Sign up for our daily briefing

Make your busy days simpler with Axios AM/PM. Catch up on what's new and why it matters in just 5 minutes.

Please enter a valid email.

Please enter a valid email.

Subscription failed
Thank you for subscribing!

Catch up on the day's biggest business stories

Subscribe to Axios Closer for insights into the day’s business news and trends and why they matter

Please enter a valid email.

Please enter a valid email.

Subscription failed
Thank you for subscribing!

Stay on top of the latest market trends

Subscribe to Axios Markets for the latest market trends and economic insights. Sign up for free.

Please enter a valid email.

Please enter a valid email.

Subscription failed
Thank you for subscribing!

Sports news worthy of your time

Binge on the stats and stories that drive the sports world with Axios Sports. Sign up for free.

Please enter a valid email.

Please enter a valid email.

Subscription failed
Thank you for subscribing!

Tech news worthy of your time

Get our smart take on technology from the Valley and D.C. with Axios Login. Sign up for free.

Please enter a valid email.

Please enter a valid email.

Subscription failed
Thank you for subscribing!

Get the inside stories

Get an insider's guide to the new White House with Axios Sneak Peek. Sign up for free.

Please enter a valid email.

Please enter a valid email.

Subscription failed
Thank you for subscribing!

Catch up on coronavirus stories and special reports, curated by Mike Allen everyday

Catch up on coronavirus stories and special reports, curated by Mike Allen everyday

Please enter a valid email.

Please enter a valid email.

Subscription failed
Thank you for subscribing!

Want a daily digest of the top Denver news?

Get a daily digest of the most important stories affecting your hometown with Axios Denver

Please enter a valid email.

Please enter a valid email.

Subscription failed
Thank you for subscribing!

Want a daily digest of the top Des Moines news?

Get a daily digest of the most important stories affecting your hometown with Axios Des Moines

Please enter a valid email.

Please enter a valid email.

Subscription failed
Thank you for subscribing!

Want a daily digest of the top Twin Cities news?

Get a daily digest of the most important stories affecting your hometown with Axios Twin Cities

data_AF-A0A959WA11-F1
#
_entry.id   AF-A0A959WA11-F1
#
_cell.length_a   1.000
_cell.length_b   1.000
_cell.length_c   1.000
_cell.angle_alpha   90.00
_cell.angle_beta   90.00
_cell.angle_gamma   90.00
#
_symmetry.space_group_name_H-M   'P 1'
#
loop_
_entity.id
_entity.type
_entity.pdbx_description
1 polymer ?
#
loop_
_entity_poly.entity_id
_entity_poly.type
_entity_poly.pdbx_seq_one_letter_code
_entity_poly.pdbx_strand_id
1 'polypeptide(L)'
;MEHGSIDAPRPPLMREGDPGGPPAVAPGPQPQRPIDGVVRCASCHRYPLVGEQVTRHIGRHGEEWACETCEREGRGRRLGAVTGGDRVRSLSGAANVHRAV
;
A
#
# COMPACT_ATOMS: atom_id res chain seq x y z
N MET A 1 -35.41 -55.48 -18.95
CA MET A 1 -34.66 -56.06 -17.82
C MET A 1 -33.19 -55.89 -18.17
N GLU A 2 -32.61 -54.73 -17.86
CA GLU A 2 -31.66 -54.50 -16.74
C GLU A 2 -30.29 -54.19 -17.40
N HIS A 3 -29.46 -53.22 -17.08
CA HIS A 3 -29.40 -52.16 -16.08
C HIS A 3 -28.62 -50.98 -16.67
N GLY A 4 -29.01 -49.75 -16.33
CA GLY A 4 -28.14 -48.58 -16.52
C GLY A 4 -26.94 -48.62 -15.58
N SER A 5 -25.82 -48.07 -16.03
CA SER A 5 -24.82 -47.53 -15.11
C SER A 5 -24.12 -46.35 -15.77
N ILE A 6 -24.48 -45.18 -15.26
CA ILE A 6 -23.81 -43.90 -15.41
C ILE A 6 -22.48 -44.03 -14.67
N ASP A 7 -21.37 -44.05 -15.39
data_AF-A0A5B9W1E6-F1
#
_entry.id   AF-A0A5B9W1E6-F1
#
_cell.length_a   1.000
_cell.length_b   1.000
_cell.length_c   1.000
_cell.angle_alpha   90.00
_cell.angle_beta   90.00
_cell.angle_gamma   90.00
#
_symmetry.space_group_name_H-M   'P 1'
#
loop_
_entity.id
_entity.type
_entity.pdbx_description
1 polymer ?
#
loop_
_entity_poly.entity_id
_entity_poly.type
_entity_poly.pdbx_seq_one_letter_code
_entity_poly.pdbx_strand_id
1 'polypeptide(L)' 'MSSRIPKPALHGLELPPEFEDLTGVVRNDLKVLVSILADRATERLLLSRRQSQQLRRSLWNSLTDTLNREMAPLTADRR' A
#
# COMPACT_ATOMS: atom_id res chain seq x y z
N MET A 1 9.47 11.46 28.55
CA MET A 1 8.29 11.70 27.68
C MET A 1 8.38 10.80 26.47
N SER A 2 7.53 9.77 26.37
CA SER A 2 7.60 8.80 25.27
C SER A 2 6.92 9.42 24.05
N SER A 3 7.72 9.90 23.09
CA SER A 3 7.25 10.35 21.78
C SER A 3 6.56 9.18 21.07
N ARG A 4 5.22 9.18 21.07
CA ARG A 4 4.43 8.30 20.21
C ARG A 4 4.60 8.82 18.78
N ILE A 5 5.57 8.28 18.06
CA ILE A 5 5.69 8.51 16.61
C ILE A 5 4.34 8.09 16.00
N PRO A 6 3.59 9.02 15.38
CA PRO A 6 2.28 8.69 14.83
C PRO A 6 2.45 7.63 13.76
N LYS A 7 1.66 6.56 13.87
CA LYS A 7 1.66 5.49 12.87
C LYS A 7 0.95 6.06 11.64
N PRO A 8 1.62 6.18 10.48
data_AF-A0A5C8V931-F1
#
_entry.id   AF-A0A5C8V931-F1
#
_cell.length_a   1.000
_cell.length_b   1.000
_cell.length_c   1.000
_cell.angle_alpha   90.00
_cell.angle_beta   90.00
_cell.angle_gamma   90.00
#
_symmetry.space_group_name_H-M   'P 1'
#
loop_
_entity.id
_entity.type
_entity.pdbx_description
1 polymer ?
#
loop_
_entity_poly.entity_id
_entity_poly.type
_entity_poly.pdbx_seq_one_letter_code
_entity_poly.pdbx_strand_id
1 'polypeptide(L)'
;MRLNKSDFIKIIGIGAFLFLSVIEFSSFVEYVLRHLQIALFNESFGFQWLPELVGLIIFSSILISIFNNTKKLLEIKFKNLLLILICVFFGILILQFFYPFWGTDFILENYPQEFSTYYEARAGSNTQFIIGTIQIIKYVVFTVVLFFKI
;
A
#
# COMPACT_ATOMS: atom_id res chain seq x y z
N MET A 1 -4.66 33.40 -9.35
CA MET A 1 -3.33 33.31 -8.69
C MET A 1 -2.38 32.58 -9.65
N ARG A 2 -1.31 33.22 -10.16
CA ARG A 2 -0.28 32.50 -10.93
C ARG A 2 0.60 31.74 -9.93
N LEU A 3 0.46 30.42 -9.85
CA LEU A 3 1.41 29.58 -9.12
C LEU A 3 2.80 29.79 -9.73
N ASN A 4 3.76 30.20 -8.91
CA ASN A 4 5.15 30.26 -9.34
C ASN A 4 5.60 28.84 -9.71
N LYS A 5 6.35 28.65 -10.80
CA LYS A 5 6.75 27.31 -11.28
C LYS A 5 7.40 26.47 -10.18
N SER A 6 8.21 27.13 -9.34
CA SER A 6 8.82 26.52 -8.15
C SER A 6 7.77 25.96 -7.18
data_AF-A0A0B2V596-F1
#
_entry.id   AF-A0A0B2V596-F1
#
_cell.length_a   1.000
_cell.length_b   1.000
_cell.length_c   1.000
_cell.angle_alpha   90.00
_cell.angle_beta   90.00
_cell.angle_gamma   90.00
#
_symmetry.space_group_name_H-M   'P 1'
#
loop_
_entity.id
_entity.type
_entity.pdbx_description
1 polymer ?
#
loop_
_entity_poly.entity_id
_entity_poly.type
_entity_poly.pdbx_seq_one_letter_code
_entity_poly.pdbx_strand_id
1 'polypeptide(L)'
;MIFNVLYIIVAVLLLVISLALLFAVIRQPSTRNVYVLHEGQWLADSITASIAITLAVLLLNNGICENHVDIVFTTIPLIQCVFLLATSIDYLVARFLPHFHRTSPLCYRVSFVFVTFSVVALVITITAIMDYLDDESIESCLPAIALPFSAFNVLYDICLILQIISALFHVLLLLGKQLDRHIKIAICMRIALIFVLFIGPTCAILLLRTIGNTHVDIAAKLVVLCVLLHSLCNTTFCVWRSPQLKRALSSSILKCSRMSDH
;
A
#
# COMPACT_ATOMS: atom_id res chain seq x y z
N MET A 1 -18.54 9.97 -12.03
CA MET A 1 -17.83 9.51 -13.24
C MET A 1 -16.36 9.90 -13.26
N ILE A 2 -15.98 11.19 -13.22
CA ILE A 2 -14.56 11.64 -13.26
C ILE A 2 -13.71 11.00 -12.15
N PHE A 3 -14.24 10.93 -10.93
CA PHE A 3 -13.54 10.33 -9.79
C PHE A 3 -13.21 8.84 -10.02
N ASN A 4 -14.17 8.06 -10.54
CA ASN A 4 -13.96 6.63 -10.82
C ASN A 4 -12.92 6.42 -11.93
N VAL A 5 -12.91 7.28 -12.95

Please enter a valid email.

Please enter a valid email.

Subscription failed
Thank you for subscribing!

Want a daily digest of the top Tampa Bay news?

Get a daily digest of the most important stories affecting your hometown with Axios Tampa Bay

Please enter a valid email.

Please enter a valid email.

Subscription failed
Thank you for subscribing!

Want a daily digest of the top Charlotte news?

Get a daily digest of the most important stories affecting your hometown with Axios Charlotte

Please enter a valid email.

Please enter a valid email.

Subscription failed
Thank you for subscribing!

Please enter a valid email.

Please enter a valid email.

Subscription failed
Thank you for subscribing!

 Illustration: Sarah Grillo/Axios

Local health officials are turning to online services like Eventbrite to improvise distribution schemes for the COVID-19 vaccine in the absence of federal support or a national plan.

Why it matters: Millions of lives, along with the country's economic recovery, depend on a speedy and successful rollout of the vaccine. But as people hunt for scarce information about vaccine availability and delivery processes, the lack of coordinated communication risks opening an information vacuum — into which misinformation could easily pour.

Driving the news: In Florida, a number of counties are using events platform Eventbrite, a platform known for selling concert tickets and coordinating happy hours, to schedule COVID-19 vaccine appointments.

Be smart: Local governments, already stretched by the crisis and reeling from Congress's delays passing the latest COVID-19 relief bill, often lack the resources necessary to manage vaccine communication and coordination.

  • Many have looked for help from both online providers and pharmacies, which tend to have better access to consumer data and are able to deploy information in a quick, personalized manner.
  • Once people have gotten the first dose of Pfizer's two-dose vaccine, for example, pharmacies will be key players in helping make sure they take the second dose three weeks later.